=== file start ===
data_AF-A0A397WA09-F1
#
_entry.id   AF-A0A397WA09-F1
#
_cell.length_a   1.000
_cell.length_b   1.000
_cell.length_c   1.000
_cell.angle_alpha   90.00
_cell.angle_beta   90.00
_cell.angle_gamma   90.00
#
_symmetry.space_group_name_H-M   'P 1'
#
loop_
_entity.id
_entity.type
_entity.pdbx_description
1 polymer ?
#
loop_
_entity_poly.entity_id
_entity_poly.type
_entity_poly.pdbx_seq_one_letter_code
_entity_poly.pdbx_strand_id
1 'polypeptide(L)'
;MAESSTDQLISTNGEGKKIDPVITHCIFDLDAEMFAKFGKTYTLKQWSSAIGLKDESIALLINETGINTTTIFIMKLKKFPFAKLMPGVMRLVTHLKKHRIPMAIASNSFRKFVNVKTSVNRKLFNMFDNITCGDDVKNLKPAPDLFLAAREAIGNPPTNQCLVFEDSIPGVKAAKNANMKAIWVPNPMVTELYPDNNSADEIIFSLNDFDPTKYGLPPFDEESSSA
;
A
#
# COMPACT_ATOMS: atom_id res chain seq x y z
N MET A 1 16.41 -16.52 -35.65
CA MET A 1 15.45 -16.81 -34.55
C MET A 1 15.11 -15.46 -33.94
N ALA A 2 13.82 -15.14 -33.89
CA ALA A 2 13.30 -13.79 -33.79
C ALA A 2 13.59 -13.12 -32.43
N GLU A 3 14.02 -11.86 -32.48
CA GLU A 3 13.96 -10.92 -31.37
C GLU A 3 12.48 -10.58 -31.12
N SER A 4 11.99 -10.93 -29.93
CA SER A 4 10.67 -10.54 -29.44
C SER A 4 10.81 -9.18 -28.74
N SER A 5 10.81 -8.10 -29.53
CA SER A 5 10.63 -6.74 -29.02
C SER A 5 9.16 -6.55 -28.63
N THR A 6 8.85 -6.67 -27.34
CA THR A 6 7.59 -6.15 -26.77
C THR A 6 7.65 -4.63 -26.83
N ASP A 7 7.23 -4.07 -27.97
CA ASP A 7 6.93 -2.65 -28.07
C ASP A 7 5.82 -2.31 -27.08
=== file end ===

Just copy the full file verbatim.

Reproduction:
data_AF-A0A397WA09-F1
#
_entry.id   AF-A0A397WA09-F1
#
_cell.length_a   1.000
_cell.length_b   1.000
_cell.length_c   1.000
_cell.angle_alpha   90.00
_cell.angle_beta   90.00
_cell.angle_gamma   90.00
#
_symmetry.space_group_name_H-M   'P 1'
#
loop_
_entity.id
_entity.type
_entity.pdbx_description
1 polymer ?
#
loop_
_entity_poly.entity_id
_entity_poly.type
_entity_poly.pdbx_seq_one_letter_code
_entity_poly.pdbx_strand_id
1 'polypeptide(L)'
;MAESSTDQLISTNGEGKKIDPVITHCIFDLDAEMFAKFGKTYTLKQWSSAIGLKDESIALLINETGINTTTIFIMKLKKFPFAKLMPGVMRLVTHLKKHRIPMAIASNSFRKFVNVKTSVNRKLFNMFDNITCGDDVKNLKPAPDLFLAAREAIGNPPTNQCLVFEDSIPGVKAAKNANMKAIWVPNPMVTELYPDNNSADEIIFSLNDFDPTKYGLPPFDEESSSA
;
A
#
# COMPACT_ATOMS: atom_id res chain seq x y z
N MET A 1 16.41 -16.52 -35.65
CA MET A 1 15.45 -16.81 -34.55
C MET A 1 15.11 -15.46 -33.94
N ALA A 2 13.82 -15.14 -33.89
CA ALA A 2 13.30 -13.79 -33.79
C ALA A 2 13.59 -13.12 -32.43
N GLU A 3 14.02 -11.86 -32.48
CA GLU A 3 13.96 -10.92 -31.37
C GLU A 3 12.48 -10.58 -31.12
N SER A 4 11.99 -10.93 -29.93
CA SER A 4 10.67 -10.54 -29.44
C SER A 4 10.81 -9.18 -28.74
N SER A 5 10.81 -8.10 -29.53
CA SER A 5 10.63 -6.74 -29.02
C SER A 5 9.16 -6.55 -28.63
N THR A 6 8.85 -6.67 -27.34
CA THR A 6 7.59 -6.15 -26.77
C THR A 6 7.65 -4.63 -26.83
N ASP A 7 7.23 -4.07 -27.97
CA ASP A 7 6.93 -2.65 -28.07
C ASP A 7 5.82 -2.31 -27.08